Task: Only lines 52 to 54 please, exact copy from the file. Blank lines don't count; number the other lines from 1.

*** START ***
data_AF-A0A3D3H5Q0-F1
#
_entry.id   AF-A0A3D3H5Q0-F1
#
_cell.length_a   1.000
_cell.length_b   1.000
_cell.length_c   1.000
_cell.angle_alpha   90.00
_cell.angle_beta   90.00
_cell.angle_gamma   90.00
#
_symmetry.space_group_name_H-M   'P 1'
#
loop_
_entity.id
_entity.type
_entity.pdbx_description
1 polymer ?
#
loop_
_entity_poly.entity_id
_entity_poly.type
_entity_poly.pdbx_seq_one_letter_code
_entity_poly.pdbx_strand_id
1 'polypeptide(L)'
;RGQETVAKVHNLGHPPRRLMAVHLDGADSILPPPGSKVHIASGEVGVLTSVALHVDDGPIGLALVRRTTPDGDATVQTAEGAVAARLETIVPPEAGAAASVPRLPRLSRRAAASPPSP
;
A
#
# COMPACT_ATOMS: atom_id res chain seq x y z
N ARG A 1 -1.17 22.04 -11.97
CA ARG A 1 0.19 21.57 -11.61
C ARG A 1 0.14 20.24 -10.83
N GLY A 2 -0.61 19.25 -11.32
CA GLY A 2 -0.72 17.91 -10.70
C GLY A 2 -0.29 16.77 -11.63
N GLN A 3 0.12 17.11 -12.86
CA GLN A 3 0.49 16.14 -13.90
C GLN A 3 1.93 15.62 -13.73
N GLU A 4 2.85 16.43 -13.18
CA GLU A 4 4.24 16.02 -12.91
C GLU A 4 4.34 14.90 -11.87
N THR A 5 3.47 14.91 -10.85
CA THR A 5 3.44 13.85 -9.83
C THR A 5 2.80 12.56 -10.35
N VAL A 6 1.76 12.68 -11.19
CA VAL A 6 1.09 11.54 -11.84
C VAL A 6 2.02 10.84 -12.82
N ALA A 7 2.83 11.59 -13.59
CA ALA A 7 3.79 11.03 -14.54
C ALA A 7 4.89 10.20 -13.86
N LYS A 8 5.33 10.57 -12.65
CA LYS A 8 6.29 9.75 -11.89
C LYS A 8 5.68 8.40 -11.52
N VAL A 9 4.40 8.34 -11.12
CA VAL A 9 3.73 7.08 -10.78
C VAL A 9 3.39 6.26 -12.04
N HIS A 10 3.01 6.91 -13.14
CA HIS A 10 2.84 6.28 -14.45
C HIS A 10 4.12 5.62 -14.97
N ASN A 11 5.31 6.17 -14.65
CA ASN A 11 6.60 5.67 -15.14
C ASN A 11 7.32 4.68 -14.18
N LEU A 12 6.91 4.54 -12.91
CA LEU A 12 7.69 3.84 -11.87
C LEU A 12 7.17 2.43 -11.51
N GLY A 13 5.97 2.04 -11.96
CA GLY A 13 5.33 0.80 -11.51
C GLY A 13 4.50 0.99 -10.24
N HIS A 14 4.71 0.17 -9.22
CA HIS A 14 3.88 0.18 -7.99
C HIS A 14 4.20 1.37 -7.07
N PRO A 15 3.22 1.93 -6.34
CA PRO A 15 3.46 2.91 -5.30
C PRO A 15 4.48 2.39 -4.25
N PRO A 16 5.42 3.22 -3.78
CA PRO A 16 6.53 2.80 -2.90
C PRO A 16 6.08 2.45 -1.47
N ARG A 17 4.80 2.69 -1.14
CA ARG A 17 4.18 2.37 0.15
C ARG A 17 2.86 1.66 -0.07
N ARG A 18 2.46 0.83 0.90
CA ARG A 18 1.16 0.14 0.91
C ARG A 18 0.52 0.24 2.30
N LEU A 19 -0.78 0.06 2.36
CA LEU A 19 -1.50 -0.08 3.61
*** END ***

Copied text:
N LYS A 8 5.33 10.57 -12.65
CA LYS A 8 6.29 9.75 -11.89
C LYS A 8 5.68 8.40 -11.52